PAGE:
In the Fidesz-led city if Debrecen, charity organisations were so far exempted from paying taxes on use of public spaces – no more of that, according to a new proposal. Roughly 10 cents per square meter per day, and announce it 30 days in advance if you want to organise a soup kitchen. In the city of Szeged, the local LGBT organisation was kicked out from a community center they had been using, because, apparently, they are being “political,” which is forbidden for human rights advocacy groups.

Good news at the end: the decent but conservative news site MNO ran an article with “gender” in the title – in a good way! Apropos of the international day, the head of Hungary’s main organisation against gendered violence broke it down for the conservative readers – what domestic violence is, who this “gender” even is, and why “it” does not want to destroy families. If even the conservatives are realising this now, what am I supposed to do with my Gender Studies degree?

Anna Azarova is a graduate student in Budapest and a freelance translator.


Roman Broszkowski’s selection

Surprise! PiS kept us on our toes only to fall right on our faces. Instead of a week of governmental turmoil, the last fourteen days have passed by pretty calmly. The proposed reshuffle has been postponed until December 11th which could mean quite a few different things. Let’s theorize!

The party is deeply divided and drastic change is needed immediately. What initially started as simply shoring up electorability before local elections has turned into a crucial surgery of the Law and Justice Party. Instead of the removal of only the least popular officials, picture a purge of the insufficiently loyal and effective. Kaczynski is increasingly distressed by the growing fractures in his camp and has decided to wrench the wheel from his deputy, Beata Szydło. This is not ideal as he must first overcome a terrible public perception. So he launches a media campaign, slowly building his praises until it becomes inevitable that he should be Poland’s Prime Minister. The die has been cast, Szydło knows her time is up and has begun a (digital) “Thank You” tour. Further down the food chain, Lech’s loyalists sharpen their knives. Defense Minister Antoni Marcierewicz is going to be vindicated and now openly helped in his fight against President Duda’s moderation. This is the only way for Law and Justice to move forward: with Kaczynski at the helm, aggressively suppressing internal dissent.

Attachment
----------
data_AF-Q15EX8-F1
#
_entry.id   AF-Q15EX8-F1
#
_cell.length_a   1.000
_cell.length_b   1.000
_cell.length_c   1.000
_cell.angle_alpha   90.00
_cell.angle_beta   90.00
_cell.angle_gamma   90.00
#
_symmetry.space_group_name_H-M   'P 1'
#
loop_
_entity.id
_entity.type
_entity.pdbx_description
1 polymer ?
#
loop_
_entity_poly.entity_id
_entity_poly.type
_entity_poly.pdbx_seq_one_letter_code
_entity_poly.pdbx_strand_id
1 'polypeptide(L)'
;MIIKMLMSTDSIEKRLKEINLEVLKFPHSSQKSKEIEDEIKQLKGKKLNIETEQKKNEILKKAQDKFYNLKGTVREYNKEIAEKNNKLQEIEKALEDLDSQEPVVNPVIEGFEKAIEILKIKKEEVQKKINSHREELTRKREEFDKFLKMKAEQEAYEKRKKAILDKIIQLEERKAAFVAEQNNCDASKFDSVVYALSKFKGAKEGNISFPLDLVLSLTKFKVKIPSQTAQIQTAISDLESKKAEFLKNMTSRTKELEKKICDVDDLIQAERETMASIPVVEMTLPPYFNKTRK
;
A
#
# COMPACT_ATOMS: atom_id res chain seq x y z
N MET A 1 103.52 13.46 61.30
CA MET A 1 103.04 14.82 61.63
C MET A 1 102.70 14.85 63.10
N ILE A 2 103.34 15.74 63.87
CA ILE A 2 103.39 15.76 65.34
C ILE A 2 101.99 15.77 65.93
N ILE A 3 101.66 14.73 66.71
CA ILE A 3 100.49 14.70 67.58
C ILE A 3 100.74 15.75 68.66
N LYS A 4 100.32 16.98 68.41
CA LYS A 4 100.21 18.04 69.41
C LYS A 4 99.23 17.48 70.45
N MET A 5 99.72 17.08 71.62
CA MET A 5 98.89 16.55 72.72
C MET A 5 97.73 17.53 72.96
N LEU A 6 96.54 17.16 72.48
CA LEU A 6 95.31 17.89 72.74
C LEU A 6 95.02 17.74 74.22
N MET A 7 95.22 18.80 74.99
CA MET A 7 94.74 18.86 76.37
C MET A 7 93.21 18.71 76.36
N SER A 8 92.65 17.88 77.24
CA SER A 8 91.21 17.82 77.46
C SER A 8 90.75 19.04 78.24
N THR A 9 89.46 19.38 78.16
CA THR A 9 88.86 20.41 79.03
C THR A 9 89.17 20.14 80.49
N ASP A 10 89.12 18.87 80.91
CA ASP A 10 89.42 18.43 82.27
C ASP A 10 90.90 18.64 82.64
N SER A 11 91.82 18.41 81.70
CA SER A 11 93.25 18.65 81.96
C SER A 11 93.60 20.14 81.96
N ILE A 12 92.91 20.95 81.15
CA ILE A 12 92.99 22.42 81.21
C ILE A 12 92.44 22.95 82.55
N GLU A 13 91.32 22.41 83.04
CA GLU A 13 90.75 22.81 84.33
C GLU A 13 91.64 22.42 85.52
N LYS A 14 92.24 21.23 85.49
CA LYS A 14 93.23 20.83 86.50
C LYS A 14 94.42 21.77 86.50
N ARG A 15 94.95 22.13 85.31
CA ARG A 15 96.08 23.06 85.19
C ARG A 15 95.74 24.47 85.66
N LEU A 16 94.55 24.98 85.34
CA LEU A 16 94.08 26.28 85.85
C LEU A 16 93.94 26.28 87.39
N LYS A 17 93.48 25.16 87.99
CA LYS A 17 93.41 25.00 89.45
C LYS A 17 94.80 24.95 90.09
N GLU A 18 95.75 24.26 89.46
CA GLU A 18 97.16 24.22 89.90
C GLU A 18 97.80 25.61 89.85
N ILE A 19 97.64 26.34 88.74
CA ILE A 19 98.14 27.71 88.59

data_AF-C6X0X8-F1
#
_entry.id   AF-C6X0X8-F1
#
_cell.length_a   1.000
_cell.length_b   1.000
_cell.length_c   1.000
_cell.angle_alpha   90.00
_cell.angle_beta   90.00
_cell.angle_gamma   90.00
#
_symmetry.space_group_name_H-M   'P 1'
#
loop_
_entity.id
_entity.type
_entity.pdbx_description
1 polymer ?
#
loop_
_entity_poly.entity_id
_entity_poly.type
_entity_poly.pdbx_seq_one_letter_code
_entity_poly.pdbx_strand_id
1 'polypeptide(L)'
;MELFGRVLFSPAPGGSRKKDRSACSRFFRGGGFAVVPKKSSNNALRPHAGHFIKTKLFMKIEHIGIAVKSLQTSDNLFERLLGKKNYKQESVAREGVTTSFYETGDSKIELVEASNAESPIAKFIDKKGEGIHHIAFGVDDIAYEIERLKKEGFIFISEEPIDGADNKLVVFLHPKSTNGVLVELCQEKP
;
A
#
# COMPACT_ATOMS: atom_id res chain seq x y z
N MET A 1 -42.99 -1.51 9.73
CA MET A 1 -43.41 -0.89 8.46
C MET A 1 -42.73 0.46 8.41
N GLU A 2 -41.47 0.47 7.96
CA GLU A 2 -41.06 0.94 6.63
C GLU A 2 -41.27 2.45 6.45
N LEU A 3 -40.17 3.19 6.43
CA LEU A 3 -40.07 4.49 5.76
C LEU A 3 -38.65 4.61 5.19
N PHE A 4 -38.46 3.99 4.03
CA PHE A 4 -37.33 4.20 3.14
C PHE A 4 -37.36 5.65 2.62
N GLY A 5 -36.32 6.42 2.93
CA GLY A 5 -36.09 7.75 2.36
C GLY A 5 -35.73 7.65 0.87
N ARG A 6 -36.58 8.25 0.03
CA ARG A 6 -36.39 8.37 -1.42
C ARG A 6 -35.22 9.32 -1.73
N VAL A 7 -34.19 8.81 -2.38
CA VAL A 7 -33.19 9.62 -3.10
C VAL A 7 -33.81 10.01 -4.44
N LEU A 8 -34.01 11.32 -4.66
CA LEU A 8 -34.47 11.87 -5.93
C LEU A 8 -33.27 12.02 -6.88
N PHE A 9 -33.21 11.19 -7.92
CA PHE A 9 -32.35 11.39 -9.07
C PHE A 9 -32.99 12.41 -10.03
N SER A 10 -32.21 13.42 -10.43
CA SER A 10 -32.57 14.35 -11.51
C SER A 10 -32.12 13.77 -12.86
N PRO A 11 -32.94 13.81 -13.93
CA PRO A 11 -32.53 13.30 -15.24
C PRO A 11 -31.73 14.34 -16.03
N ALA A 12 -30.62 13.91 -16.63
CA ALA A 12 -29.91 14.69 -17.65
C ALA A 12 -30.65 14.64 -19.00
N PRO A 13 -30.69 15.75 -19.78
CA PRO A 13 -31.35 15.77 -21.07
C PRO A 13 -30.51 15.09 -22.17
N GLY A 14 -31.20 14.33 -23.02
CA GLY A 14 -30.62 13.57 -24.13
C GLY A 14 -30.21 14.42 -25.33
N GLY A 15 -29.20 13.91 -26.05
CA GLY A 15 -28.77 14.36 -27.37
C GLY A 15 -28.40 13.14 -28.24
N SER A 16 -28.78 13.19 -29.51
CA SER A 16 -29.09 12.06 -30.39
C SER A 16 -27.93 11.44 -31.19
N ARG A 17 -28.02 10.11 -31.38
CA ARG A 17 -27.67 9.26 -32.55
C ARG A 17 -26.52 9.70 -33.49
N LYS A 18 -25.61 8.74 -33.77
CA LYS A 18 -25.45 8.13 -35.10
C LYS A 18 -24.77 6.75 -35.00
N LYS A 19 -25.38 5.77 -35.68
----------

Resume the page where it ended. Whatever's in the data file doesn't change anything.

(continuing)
The polls keep rising and why tinker with what’s working? Perhaps drastic change might rock the boat too much. The stage has been set and the proper people threatened so the party should just ease into the future! Kaczynski is comfortable with his current role as the unelected center of government and after some unpopular rogues are purged, those that are left will fall into line. Now is the time to remove those who are a little too unhinged and reward new initiates. Bring some fresh blood into the pool. Witold Waszczykowski is on his way out and so to will the unnecessary divisions he has caused. The reshuffle just took longer to figure out than expected and will just be a way to consolidate power.

Just by the number of links, you can probably tell which theory is more realistic. However this slow coup is full of twists and turns! Stay tuned to see what happens next week when Vladimir Putin enters the Polish presidential race!

Roman Broszkowski is an undergraduate International Politics student from New Jersey. His area of study is Eastern Europe and the Middle East.



Featured photo by Lovro Rumiha via Flickr.